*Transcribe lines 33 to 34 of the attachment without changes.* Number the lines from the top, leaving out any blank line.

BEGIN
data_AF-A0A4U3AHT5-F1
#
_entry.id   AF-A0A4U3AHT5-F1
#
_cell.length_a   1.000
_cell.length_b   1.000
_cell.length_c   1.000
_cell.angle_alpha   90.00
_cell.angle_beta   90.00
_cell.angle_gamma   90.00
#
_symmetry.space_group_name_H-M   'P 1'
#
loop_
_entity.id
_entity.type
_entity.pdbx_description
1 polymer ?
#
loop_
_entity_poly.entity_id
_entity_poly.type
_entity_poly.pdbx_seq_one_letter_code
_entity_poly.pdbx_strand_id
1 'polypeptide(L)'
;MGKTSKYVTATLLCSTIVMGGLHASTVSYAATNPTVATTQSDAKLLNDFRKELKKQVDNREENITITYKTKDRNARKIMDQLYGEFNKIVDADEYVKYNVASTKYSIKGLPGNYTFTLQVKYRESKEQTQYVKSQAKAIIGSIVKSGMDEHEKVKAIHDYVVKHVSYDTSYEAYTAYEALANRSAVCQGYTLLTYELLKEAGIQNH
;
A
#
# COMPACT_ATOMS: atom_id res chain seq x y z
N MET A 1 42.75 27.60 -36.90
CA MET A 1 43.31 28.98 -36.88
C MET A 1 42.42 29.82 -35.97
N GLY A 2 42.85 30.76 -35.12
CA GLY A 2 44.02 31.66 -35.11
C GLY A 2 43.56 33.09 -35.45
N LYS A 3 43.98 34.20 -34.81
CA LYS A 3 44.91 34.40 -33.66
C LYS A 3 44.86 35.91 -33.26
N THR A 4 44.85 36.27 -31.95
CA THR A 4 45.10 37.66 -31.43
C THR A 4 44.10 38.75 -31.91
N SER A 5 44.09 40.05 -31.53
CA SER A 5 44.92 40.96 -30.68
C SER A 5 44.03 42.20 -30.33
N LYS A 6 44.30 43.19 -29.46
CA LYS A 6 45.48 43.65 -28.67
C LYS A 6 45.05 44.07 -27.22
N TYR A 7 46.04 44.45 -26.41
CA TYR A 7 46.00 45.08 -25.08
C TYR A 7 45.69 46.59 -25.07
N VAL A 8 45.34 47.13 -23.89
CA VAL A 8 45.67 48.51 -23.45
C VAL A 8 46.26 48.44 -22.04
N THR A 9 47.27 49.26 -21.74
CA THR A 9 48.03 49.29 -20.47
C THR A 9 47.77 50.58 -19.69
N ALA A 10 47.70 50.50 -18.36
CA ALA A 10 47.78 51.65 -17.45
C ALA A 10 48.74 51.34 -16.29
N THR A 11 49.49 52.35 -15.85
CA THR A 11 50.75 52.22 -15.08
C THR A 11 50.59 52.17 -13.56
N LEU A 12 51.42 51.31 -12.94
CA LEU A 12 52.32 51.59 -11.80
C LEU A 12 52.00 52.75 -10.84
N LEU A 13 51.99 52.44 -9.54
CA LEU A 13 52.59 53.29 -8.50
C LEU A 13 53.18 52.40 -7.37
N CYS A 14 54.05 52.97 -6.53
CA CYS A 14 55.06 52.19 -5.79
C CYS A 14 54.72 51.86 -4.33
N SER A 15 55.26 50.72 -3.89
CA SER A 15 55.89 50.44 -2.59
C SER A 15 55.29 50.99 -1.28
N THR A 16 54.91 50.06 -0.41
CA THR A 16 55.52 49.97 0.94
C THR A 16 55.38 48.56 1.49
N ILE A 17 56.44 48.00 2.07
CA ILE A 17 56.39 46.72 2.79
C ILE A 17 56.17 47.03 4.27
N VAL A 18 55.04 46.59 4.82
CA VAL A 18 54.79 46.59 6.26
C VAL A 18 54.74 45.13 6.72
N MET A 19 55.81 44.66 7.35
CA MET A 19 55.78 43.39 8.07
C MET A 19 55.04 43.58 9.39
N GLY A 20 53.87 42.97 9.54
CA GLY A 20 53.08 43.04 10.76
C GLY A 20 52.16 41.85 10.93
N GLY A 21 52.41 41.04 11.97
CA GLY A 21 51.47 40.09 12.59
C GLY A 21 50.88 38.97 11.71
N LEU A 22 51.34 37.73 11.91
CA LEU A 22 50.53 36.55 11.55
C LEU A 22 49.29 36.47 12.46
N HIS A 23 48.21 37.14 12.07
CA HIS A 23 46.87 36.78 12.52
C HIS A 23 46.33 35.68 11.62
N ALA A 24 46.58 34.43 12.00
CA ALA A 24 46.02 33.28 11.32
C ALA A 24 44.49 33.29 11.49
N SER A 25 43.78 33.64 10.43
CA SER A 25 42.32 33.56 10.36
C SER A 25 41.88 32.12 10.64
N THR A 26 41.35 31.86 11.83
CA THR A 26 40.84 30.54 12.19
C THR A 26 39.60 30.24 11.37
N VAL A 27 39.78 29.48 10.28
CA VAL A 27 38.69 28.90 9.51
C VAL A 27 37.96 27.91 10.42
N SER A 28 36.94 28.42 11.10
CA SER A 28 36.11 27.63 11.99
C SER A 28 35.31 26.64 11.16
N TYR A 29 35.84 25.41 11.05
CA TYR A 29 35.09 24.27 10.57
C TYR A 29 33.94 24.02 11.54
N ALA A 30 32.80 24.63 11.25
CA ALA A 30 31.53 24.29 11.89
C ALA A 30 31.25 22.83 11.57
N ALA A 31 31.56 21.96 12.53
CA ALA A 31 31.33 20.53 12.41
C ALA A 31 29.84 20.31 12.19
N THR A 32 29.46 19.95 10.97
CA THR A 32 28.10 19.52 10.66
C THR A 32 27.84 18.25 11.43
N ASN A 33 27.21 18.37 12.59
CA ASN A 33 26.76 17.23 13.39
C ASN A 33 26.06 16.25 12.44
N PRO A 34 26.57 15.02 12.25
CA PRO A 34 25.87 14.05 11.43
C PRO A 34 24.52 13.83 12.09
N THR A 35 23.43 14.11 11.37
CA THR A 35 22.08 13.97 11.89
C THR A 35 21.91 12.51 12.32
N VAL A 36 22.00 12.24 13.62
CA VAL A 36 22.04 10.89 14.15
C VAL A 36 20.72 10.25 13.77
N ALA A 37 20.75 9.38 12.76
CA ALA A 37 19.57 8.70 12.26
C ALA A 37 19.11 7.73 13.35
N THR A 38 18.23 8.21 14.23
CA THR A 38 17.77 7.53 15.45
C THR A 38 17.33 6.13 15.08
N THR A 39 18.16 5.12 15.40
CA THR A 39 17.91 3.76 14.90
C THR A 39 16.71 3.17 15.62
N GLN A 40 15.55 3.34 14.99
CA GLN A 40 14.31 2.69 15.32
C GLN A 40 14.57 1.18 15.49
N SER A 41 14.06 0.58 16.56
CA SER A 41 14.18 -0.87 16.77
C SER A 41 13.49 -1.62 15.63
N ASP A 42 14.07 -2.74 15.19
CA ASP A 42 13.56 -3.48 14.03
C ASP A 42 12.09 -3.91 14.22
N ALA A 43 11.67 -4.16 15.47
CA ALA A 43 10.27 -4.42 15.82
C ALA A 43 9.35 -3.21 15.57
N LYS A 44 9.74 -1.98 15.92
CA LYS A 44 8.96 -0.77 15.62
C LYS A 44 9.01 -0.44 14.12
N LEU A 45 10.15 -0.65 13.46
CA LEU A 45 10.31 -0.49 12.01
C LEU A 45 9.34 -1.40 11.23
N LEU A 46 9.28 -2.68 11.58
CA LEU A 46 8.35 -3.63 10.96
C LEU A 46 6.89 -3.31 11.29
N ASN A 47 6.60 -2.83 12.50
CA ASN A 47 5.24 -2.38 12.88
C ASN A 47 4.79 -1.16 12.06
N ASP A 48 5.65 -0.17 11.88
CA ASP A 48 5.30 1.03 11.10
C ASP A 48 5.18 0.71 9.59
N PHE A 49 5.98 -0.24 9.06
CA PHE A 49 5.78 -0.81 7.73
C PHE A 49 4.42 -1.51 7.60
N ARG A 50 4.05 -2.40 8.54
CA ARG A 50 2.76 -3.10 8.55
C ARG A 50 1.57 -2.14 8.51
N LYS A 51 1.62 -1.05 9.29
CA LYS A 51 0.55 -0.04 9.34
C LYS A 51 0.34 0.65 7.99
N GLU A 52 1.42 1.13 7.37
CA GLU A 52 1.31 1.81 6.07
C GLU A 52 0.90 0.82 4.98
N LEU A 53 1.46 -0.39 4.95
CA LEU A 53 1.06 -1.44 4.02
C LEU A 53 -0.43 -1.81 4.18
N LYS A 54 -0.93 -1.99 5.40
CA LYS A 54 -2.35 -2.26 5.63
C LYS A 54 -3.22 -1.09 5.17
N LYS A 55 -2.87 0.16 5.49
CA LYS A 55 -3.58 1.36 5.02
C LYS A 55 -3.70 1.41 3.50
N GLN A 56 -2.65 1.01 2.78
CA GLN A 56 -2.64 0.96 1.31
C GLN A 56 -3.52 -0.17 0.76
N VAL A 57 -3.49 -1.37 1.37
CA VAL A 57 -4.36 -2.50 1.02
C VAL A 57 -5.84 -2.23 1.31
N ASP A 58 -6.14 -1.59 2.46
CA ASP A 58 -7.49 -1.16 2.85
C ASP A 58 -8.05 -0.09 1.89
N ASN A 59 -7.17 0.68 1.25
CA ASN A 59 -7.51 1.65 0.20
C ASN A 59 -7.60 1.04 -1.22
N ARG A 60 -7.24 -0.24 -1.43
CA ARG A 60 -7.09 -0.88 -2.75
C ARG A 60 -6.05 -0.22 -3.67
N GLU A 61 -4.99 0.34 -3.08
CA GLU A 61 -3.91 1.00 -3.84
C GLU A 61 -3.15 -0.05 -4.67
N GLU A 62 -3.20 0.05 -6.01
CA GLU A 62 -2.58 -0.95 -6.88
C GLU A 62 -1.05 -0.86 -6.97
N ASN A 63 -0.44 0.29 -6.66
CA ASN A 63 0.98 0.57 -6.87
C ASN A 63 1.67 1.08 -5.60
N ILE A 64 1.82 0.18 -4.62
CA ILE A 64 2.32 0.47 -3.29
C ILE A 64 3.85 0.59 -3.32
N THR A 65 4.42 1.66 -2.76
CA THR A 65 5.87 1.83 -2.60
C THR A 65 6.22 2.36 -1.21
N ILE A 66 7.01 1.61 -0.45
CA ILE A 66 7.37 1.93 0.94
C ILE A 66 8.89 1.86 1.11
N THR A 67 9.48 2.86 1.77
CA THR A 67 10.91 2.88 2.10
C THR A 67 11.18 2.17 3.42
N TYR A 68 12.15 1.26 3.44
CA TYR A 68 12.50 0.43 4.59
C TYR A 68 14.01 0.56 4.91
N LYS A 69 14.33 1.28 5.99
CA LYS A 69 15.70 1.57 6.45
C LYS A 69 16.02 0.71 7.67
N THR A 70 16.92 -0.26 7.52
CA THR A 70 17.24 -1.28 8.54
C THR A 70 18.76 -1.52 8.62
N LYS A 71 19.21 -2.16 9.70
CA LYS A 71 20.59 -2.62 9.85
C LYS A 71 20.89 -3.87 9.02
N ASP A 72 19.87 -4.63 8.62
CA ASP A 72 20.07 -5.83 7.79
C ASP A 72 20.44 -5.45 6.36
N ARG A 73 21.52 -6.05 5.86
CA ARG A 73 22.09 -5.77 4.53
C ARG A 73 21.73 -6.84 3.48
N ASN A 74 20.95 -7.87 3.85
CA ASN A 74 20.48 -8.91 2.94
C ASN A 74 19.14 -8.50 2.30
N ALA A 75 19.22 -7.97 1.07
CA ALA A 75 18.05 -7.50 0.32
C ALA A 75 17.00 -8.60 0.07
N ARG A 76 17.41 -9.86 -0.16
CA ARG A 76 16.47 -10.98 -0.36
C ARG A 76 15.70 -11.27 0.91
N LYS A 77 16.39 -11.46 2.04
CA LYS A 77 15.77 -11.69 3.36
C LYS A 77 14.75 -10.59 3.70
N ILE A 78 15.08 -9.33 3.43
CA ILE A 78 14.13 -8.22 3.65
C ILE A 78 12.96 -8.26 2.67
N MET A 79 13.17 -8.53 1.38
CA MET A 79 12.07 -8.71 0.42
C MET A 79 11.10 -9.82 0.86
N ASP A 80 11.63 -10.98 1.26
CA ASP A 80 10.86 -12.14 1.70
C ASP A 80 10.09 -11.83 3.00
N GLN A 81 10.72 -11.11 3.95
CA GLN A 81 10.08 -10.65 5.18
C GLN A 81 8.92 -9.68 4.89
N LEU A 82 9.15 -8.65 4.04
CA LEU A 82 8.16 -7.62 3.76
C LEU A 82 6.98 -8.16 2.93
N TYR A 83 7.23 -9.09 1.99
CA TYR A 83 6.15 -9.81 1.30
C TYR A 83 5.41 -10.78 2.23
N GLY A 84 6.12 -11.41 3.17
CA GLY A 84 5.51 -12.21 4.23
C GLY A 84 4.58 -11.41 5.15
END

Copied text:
C MET A 1 42.42 29.82 -35.97
N GLY A 2 42.85 30.76 -35.12